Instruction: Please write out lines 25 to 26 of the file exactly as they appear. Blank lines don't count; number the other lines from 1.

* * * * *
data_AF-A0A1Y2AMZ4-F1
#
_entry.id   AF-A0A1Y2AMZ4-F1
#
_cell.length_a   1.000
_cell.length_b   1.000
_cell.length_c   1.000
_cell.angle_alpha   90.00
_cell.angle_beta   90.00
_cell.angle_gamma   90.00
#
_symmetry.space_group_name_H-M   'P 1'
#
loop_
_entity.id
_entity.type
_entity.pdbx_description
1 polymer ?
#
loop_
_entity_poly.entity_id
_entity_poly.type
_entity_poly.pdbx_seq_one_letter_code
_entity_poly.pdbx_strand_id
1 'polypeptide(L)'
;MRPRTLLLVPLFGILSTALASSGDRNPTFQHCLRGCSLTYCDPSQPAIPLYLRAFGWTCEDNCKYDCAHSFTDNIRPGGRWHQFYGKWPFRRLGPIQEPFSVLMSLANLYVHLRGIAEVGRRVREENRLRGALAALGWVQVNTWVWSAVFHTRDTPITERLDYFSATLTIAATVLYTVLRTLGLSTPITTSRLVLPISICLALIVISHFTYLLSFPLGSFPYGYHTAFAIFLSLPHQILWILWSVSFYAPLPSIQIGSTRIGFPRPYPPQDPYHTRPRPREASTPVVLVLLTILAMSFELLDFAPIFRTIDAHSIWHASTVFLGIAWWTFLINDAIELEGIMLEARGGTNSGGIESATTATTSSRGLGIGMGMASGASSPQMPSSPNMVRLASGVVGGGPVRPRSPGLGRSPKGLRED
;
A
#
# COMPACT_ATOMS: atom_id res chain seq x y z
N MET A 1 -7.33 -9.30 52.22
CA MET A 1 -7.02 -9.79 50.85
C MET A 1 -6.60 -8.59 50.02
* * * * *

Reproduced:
1 'polypeptide(L)'
;MRPRTLLLVPLFGILSTALASSGDRNPTFQHCLRGCSLTYCDPSQPAIPLYLRAFGWTCEDNCKYDCAHSFTDNIRPGGRWHQFYGKWPFRRLGPIQEPFSVLMSLANLYVHLRGIAEVGRRVREENRLRGALAALGWVQVNTWVWSAVFHTRDTPITERLDYFSATLTIAATVLYTVLRTLGLSTPITTSRLVLPISICLALIVISHFTYLLSFPLGSFPYGYHTAFAIFLSLPHQILWILWSVSFYAPLPSIQIGSTRIGFPRPYPPQDPYHTRPRPREASTPVVLVLLTILAMSFELLDFAPIFRTIDAHSIWHASTVFLGIAWWTFLINDAIELEGIMLEARGGTNSGGIESATTATTSSRGLGIGMGMASGASSPQMPSSPNMVRLASGVVGGGPVRPRSPGLGRSPKGLRED